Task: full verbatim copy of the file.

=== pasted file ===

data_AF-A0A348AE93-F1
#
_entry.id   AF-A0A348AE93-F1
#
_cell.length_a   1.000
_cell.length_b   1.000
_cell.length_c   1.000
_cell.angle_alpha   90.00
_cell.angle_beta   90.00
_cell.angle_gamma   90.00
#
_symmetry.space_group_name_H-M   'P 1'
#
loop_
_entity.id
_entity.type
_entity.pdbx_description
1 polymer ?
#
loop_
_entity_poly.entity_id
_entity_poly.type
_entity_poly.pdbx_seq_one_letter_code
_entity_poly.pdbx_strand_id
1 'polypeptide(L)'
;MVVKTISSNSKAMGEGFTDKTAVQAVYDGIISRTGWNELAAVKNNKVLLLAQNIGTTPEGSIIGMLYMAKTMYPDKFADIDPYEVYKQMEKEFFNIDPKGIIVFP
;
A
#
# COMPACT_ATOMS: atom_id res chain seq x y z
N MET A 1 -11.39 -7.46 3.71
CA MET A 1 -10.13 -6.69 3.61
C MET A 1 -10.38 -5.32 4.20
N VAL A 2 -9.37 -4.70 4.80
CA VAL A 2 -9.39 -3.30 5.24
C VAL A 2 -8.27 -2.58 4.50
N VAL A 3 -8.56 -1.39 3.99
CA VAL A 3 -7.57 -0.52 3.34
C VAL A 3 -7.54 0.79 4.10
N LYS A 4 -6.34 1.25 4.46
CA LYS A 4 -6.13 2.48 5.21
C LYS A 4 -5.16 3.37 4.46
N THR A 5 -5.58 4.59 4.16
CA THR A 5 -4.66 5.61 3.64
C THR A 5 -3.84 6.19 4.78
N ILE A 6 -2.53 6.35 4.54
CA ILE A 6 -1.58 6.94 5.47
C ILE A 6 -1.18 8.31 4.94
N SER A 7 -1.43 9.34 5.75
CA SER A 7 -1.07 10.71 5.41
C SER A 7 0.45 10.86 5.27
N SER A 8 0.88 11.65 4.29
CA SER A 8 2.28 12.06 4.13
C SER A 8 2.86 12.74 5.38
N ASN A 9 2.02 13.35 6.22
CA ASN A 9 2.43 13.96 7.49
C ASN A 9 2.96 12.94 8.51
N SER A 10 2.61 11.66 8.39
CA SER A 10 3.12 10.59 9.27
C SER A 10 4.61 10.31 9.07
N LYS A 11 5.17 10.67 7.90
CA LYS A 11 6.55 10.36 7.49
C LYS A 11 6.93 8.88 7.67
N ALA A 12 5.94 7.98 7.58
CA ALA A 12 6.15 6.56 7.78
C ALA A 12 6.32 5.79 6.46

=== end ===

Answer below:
data_AF-A0A348AE93-F1
#
_entry.id   AF-A0A348AE93-F1
#
_cell.length_a   1.000
_cell.length_b   1.000
_cell.length_c   1.000
_cell.angle_alpha   90.00
_cell.angle_beta   90.00
_cell.angle_gamma   90.00
#
_symmetry.space_group_name_H-M   'P 1'
#
loop_
_entity.id
_entity.type
_entity.pdbx_description
1 polymer ?
#
loop_
_entity_poly.entity_id
_entity_poly.type
_entity_poly.pdbx_seq_one_letter_code
_entity_poly.pdbx_strand_id
1 'polypeptide(L)'
;MVVKTISSNSKAMGEGFTDKTAVQAVYDGIISRTGWNELAAVKNNKVLLLAQNIGTTPEGSIIGMLYMAKTMYPDKFADIDPYEVYKQMEKEFFNIDPKGIIVFP
;
A
#
# COMPACT_ATOMS: atom_id res chain seq x y z
N MET A 1 -11.39 -7.46 3.71
CA MET A 1 -10.13 -6.69 3.61
C MET A 1 -10.38 -5.32 4.20
N VAL A 2 -9.37 -4.70 4.80
CA VAL A 2 -9.39 -3.30 5.24
C VAL A 2 -8.27 -2.58 4.50
N VAL A 3 -8.56 -1.39 3.99
CA VAL A 3 -7.57 -0.52 3.34
C VAL A 3 -7.54 0.79 4.10
N LYS A 4 -6.34 1.25 4.46
CA LYS A 4 -6.13 2.48 5.21
C LYS A 4 -5.16 3.37 4.46
N THR A 5 -5.58 4.59 4.16
CA THR A 5 -4.66 5.61 3.64
C THR A 5 -3.84 6.19 4.78
N ILE A 6 -2.53 6.35 4.54
CA ILE A 6 -1.58 6.94 5.47
C ILE A 6 -1.18 8.31 4.94
N SER A 7 -1.43 9.34 5.75
CA SER A 7 -1.07 10.71 5.41
C SER A 7 0.45 10.86 5.27
N SER A 8 0.88 11.65 4.29
CA SER A 8 2.28 12.06 4.13
C SER A 8 2.86 12.74 5.38
N ASN A 9 2.02 13.35 6.22
CA ASN A 9 2.43 13.96 7.49
C ASN A 9 2.96 12.94 8.51
N SER A 10 2.61 11.66 8.39
CA SER A 10 3.12 10.59 9.27
C SER A 10 4.61 10.31 9.07
N LYS A 11 5.17 10.67 7.90
CA LYS A 11 6.55 10.36 7.49
C LYS A 11 6.93 8.88 7.67
N ALA A 12 5.94 7.98 7.58
CA ALA A 12 6.15 6.56 7.78
C ALA A 12 6.32 5.79 6.46